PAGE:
Creating Demand for Medical Male Circumcision in Lilongwe, Part II: Engaging the Media

October 22, 2012

Dr. Mwawi Mwale, District Health Officer for Lilongwe (seated fourth from right), and Amoni Nkhata (to his left) pose with representatives from the media during the VMMC orientation.

As part of a combined package of prevention efforts, voluntary medical male circumcision can dramatically reduce a man’s risk of acquiring HIV. In Lilongwe, the capital city of Malawi, the new I-TECH-supported Bwaila Voluntary Medical Male Circumcision Center recently opened its doors, ready to provide services to eligible men. But I-TECH and local leaders didn’t stop there. With funding from the US President’s Emergency Plan for AIDS Relief (PEPFAR), they are also supporting an innovative community mobilization effort.

In this three-part series, Pius Mtike, an I-TECH Malawi male circumcision community mobilization specialist, reports on this effort.

Part II: Engaging the Media

As part of efforts to generate demand for voluntary medical male circumcision (VMMC) in Lilongwe, local media have recently been awash in positive stories related to the procedure. This is thanks in large part to a day-long media orientation  that took place in early October. The orientation, organized by the Lilongwe District Health Office in collaboration with I-TECH Malawi, was patronized by representatives from 16 media houses, including both print and electronic media. This intervention was organized to engage media personnel and improve their knowledge of VMMC as an HIV prevention intervention, which in turn may foster more, and more positive, reporting on VMMC issues.

In his keynote address, Dr. Mwai Mwale, District Health Officer for Lilongwe, observed that strategically engaged media can be very effective in creating demand, and urged participants to build a positive agenda for VMMC services in Lilongwe and beyond.
“The doors of my office are open to support you with relevant information on our VMMC program in Lilongwe so that the eligible men . . . [are] better informed on the role of VMMC in HIV prevention,” said Dr. Mwale.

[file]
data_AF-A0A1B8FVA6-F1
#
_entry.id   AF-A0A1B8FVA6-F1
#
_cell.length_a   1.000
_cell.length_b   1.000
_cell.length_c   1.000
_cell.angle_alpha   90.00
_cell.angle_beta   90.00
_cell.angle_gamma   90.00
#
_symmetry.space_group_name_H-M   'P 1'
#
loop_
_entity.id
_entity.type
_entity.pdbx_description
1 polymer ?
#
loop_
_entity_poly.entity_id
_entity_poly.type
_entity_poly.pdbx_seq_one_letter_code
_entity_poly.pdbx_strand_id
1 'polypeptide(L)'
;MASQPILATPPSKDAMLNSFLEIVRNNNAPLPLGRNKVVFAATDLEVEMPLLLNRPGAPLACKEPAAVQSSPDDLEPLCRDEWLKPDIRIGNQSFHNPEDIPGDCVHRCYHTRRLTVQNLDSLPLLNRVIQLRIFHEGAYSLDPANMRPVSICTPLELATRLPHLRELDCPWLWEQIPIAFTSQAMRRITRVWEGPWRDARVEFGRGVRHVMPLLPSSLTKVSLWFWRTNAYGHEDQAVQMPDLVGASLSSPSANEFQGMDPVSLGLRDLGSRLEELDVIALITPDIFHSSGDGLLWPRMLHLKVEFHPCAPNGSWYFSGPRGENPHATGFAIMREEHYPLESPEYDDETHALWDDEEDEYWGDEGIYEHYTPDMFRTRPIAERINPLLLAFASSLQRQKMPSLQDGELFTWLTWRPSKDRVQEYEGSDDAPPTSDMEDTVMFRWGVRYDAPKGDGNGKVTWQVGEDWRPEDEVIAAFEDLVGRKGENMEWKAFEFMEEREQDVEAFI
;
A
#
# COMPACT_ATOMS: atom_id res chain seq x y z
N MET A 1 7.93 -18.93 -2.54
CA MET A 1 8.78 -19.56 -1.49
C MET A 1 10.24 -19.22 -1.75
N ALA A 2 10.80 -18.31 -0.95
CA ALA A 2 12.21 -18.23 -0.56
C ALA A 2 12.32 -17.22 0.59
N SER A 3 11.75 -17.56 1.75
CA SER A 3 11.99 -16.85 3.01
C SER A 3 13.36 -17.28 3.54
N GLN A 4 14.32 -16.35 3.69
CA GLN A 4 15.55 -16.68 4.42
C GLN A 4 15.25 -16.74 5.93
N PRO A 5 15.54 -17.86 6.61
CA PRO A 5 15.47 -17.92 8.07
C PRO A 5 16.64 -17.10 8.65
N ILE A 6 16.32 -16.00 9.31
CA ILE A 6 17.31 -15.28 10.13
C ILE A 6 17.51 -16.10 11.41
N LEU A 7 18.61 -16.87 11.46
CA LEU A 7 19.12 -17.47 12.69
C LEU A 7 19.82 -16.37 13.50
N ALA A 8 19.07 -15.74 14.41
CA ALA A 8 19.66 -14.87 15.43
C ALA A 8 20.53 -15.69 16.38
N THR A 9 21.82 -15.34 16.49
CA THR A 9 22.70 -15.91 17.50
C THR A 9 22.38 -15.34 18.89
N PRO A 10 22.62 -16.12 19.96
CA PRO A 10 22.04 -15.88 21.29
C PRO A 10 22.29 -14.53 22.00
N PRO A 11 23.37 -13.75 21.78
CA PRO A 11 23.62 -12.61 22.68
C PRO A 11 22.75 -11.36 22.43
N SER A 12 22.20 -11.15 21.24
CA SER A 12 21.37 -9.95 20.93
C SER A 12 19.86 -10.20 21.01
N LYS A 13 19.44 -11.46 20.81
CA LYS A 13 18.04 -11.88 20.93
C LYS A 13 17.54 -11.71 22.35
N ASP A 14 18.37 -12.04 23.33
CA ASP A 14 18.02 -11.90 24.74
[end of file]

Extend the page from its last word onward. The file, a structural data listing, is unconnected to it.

He also observed that VMMC services offered at Bwaila VMMC site are on track to reach target numbers, and again urged eligible men between the ages of 15 and 49 in Lilongwe to visit the newly-opened Bwaila Voluntary Medical Male Circumcision Center.

A “Social Responsibility”

Presenting a national overview of VMMC services in Malawi, Amoni Nkhata, National Coordinator for VMMC, reminded participants that there is convincing evidence from randomized controlled trials conducted in Uganda, South Africa, and Kenya that VMMC reduces aquisition of HIV among men.

“There is now conclusive evidence that the removal of the foreskin, which is rich in Langerhans cells, which are the initial targets of  HIV, during VMMC [can reduce] HIV infections by up to 60%” said Nkhata. “However,” he cautioned, “we also want to remind everyone in the population that, since VMMC offers only partial protection, condoms and abstinence should also be used to increase protection.”

He also observed that the media has a social responsibility to promote positive messages about the procedure—even if service providers don’t “come and knock on their door” to urge them to do so. Nkhata also highlighted the difference between traditional circumcision and voluntary medical male circumcision as an area that requires more awareness in the community, specifically mentioning that traditional circumcision is often incomplete, and as such does not offer the benefit provided by VMMC.

According to Nkhata, the media can also be instrumental in ensuring that the general public is aware of the human rights, legal, and ethical and medical principles associated with the VMMC program.

Disseminating Information

The media can play a role in disseminating accurate information on many other aspects of VMMC, as well.

For example, media can help efforts by reporting on the gender implications of VMMC as a complimentary HIV prevention method and by accurately reporting that men must abstain from sex for six weeks after circumcision to ensure that the wound is completely healed. To ensure that they support one another, it’s good for couples to discuss the procedure before it is done.

Asked why VMMC is not encouraged among men who are HIV-positive, Nkhata explained that VMMC does not reduce HIV infection among those already living with the virus. He cautioned that if a person living with HIV is already experiencing some health concerns from the disease (i.e., has low CD4 counts), VMMC can cause additional concerns.

As part of the orientation program, media personnel also toured the new Bwaila Voluntary Male Circumcision Center in Lilongwe, where they built a greater understanding and appreciation of the quality and practicality of VMMC service delivery. The new site is implemented as a partnership between I-TECH Malawi, the Lilongwe District Health Office, and the Ministry of Health in Malawi, with funding from the United States President’s Emergency Plan for AIDS Relief.

Read Part I of this series: “Hitting the Streets”
Read Part III of this series: “Reaching Out to Women”

Read more about I-TECH’s work in Malawi.

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